Beaumont's third book of poetry moves through several realms of experience—even the afterlife—with sly artistry. The first several poems breathe new life into everyday objects—a dressing table, discarded orange peels, a cicada's wings, and buttons are rendered with the attention of a miniaturist. From "In Pursuit of the Original Trinket":
Does any thing fit?
Appearing as from a magician's trick cabinet—
a triad of pink piglets
a trivet too dinky to be of use
triplet kittens linked by a miniscule chain
a three-car train to ring the rink of the rail
third-rate stones that blink from an anklet
The emotional landscapes of domesticity move fluidly from a child's imagination to an adult's perspective, but Beaumont continues to takes inventory of a life in the fashion of a devoted collector. In "When I Am in the Kitchen," Beaumont writes "Oh the past is too much with me in the kitchen, / where I open the vintage metal recipe box, / robin's egg blue in its interior, to uncover / the card for Waffles, writ in my father's hand / reaching out from the grave to guide me. ..." Reflective poems are offset with wordplay riffs, a séance transcript, and even a Magic 8 Ball conversation channeling Sylvia Plath. As Rigoberto González notes, "[Beaumont's poetry] is both art and performance, 'no circumstance is ordinary.'"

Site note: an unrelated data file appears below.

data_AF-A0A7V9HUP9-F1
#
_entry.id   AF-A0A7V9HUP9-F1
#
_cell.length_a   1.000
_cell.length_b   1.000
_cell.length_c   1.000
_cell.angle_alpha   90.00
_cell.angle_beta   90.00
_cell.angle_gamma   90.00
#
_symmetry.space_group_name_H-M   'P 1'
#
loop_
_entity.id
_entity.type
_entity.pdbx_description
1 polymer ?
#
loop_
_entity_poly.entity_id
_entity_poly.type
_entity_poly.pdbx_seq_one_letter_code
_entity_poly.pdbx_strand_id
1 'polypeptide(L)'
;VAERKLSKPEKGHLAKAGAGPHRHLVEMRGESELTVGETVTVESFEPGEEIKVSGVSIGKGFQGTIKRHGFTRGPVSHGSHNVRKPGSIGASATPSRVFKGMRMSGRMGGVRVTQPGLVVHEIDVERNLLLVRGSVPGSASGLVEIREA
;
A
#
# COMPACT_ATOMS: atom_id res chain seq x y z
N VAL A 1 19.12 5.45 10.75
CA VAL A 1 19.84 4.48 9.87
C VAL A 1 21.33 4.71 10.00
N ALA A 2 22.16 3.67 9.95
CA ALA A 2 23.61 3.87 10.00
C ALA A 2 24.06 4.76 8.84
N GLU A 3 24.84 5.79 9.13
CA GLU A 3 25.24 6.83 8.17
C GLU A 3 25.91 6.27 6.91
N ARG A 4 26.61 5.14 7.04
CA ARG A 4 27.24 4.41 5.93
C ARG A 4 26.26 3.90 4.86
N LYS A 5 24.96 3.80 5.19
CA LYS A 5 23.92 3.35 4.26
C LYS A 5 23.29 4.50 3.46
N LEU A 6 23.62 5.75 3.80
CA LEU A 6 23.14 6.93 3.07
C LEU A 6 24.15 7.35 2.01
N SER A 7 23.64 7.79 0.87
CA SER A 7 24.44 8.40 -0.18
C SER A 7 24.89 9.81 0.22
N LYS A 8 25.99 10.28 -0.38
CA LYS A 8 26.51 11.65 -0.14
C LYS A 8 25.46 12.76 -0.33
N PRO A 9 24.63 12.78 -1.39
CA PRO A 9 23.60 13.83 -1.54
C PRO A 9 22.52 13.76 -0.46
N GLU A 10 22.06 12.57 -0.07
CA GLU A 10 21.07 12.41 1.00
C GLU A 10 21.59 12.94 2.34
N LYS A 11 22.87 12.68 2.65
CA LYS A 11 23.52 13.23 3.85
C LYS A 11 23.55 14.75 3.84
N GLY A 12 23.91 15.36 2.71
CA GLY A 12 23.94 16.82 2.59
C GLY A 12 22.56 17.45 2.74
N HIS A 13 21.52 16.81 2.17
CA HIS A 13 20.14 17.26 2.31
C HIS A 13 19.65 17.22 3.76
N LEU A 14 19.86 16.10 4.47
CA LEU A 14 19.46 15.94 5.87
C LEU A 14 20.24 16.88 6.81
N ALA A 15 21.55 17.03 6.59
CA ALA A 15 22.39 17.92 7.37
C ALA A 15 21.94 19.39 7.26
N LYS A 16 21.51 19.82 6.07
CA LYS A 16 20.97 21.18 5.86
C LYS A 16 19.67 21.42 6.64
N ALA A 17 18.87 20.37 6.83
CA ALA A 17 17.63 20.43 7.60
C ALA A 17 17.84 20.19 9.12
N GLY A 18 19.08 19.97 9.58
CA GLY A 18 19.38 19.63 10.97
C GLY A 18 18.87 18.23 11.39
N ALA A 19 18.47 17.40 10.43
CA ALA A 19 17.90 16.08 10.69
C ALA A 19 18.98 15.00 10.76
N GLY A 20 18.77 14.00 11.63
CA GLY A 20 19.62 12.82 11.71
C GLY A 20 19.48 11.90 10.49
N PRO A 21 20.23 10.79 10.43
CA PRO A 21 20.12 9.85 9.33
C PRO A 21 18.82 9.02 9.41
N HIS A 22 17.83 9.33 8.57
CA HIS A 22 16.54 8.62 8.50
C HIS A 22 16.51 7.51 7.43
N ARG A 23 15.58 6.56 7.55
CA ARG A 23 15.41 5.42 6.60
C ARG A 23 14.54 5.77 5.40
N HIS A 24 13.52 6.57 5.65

This book review originally appeared in American Poets.